So, your organization has begun to – or soon will – dabble in cloud computing. Many organizations that move to the cloud start by looking at a wide range of cost, technical, legal and security issues that need to be considered. Then they assign someone who is responsible for implementing and managing the cloud system.
And they often skip answering a critical question: Who owns the cloud in the organization?
What is cloud ownership? What do you own?
Historically, many organizations will assign an Executive Sponsor for implementing a system. There is often a system owner – someone, often in the IT organization, who has responsibility for the ongoing maintenance and enhancement of the system. But his work doesn’t constitute ownership any more than groundskeepers own the real estate they landscape.
So, who’s responsible for cloud IT success? Specifically, you need to have someone who is accountable for driving, maximizing and sustaining effective user adoption of your cloud IT system.
Assign ownership for cloud adoption, not just the technology
Cloud computing lowers an organization’s costs and shifts the burden of system development and maintenance from the organization to the cloud vendor because now you’re paying for service you use, not a product you own. In turn, this shifts the metric organizations use for judging the success of an IT project. Cloud IT is driving organizations to progress away from rewarding “on-time and on-budget” (product delivery) to “value created / ROI delivered from people using the system” (service delivery).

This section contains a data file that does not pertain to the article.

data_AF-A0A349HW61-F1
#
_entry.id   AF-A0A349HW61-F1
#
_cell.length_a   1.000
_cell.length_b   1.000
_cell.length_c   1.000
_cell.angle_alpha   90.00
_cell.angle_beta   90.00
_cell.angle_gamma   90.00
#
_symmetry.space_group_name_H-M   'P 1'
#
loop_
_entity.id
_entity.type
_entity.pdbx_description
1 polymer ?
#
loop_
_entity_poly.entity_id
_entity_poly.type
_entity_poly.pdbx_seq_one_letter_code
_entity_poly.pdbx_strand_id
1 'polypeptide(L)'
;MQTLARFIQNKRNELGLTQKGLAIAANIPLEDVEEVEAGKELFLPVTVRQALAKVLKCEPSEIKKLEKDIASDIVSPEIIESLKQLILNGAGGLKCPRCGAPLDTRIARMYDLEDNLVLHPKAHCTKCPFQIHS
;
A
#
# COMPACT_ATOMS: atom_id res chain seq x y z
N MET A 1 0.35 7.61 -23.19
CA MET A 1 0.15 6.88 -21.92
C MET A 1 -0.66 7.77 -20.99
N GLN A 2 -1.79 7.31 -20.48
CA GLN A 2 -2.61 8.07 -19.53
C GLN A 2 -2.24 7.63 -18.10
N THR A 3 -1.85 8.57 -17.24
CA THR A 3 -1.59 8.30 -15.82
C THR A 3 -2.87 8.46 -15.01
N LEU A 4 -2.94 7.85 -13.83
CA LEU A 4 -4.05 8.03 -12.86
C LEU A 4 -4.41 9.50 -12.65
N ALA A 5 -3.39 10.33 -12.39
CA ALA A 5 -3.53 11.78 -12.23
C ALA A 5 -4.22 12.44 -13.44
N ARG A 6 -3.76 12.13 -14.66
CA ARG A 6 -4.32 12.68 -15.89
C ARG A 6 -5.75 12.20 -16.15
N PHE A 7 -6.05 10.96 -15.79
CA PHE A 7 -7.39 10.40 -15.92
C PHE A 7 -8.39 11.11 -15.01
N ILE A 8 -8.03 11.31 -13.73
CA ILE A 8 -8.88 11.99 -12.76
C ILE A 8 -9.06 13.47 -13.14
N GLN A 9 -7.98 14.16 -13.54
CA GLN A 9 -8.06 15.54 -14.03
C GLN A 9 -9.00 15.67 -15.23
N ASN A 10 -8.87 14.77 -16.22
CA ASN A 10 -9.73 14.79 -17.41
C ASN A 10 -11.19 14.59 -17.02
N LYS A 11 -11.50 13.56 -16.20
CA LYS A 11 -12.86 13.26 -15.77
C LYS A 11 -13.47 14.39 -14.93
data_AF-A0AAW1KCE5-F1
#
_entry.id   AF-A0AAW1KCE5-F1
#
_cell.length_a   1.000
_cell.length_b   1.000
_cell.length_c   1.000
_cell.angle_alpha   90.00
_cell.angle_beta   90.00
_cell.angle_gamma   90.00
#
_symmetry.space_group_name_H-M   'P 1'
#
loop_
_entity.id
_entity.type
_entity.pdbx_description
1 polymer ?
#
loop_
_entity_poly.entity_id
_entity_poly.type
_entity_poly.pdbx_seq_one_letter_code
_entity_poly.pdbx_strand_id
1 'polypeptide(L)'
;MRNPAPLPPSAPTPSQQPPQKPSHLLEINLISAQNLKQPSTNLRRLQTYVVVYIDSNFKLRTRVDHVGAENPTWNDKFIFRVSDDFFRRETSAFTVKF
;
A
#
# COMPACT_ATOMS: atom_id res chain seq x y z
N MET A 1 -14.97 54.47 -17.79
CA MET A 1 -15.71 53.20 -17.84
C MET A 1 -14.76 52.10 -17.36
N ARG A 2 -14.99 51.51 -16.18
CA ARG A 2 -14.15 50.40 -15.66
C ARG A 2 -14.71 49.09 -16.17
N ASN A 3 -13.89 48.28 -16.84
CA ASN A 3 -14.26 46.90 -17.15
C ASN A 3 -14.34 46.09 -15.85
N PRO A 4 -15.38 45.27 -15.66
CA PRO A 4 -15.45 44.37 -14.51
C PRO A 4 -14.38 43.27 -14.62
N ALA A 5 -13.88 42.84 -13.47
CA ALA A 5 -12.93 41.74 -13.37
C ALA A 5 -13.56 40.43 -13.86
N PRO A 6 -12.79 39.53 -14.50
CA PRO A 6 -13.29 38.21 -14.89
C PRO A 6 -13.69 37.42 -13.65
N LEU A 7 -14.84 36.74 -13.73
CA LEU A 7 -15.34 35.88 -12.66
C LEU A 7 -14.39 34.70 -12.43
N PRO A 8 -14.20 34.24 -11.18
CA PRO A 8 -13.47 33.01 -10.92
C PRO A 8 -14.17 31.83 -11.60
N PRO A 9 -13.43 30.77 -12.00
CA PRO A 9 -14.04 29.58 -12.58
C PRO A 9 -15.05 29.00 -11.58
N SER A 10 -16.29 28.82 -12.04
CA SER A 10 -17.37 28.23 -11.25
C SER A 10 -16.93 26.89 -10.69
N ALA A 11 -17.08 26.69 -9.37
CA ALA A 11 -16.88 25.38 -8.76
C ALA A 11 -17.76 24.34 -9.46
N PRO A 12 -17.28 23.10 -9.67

With this new focus on ROI, organizations need to assign ownership for driving meaningful use of the cloud system throughout the organization.
A senior executive – with proper incentives – must own cloud adoption & ROI
Ensuring effective user adoption and ROI of your cloud system requires that a single individual be formally assigned accountability for results. This also means they will need to have the authority, expertise and resources (budget, time, staff, etc.) to take action.
Further, the senior executive must be sufficiently incentivized to make cloud adoption a priority. The level of incentives will depend on the expected impact that effective system use will have on the organization.
For major enterprise systems with the potential to greatly reduce costs or increase revenues, this may require a significant incentive such that failure to achieve ROI goals – or for exceptional results that far surpass expectations – will have a clear material impact on the executive’s compensation or future career prospects.
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